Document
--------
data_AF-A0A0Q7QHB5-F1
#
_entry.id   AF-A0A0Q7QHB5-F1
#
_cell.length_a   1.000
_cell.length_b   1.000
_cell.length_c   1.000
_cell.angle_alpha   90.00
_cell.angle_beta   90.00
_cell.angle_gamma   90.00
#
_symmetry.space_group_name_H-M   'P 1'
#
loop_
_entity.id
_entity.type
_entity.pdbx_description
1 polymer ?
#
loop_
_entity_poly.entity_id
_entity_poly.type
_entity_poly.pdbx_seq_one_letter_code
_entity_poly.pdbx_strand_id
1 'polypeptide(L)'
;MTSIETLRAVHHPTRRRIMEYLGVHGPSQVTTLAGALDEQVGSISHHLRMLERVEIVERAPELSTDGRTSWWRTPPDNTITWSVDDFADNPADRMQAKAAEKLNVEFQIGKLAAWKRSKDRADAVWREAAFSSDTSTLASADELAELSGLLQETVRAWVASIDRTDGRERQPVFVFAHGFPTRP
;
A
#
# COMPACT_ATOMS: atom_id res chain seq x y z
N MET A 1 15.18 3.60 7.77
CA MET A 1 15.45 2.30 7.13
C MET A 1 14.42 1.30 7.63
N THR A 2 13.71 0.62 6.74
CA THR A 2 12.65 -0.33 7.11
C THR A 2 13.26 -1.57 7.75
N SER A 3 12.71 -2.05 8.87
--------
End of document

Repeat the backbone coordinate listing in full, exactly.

data_AF-A0A0Q7QHB5-F1
#
_entry.id   AF-A0A0Q7QHB5-F1
#
_cell.length_a   1.000
_cell.length_b   1.000
_cell.length_c   1.000
_cell.angle_alpha   90.00
_cell.angle_beta   90.00
_cell.angle_gamma   90.00
#
_symmetry.space_group_name_H-M   'P 1'
#
loop_
_entity.id
_entity.type
_entity.pdbx_description
1 polymer ?
#
loop_
_entity_poly.entity_id
_entity_poly.type
_entity_poly.pdbx_seq_one_letter_code
_entity_poly.pdbx_strand_id
1 'polypeptide(L)'
;MTSIETLRAVHHPTRRRIMEYLGVHGPSQVTTLAGALDEQVGSISHHLRMLERVEIVERAPELSTDGRTSWWRTPPDNTITWSVDDFADNPADRMQAKAAEKLNVEFQIGKLAAWKRSKDRADAVWREAAFSSDTSTLASADELAELSGLLQETVRAWVASIDRTDGRERQPVFVFAHGFPTRP
;
A
#
# COMPACT_ATOMS: atom_id res chain seq x y z
N MET A 1 15.18 3.60 7.77
CA MET A 1 15.45 2.30 7.13
C MET A 1 14.42 1.30 7.63
N THR A 2 13.71 0.62 6.74
CA THR A 2 12.65 -0.33 7.11
C THR A 2 13.26 -1.57 7.75
N SER A 3 12.71 -2.05 8.87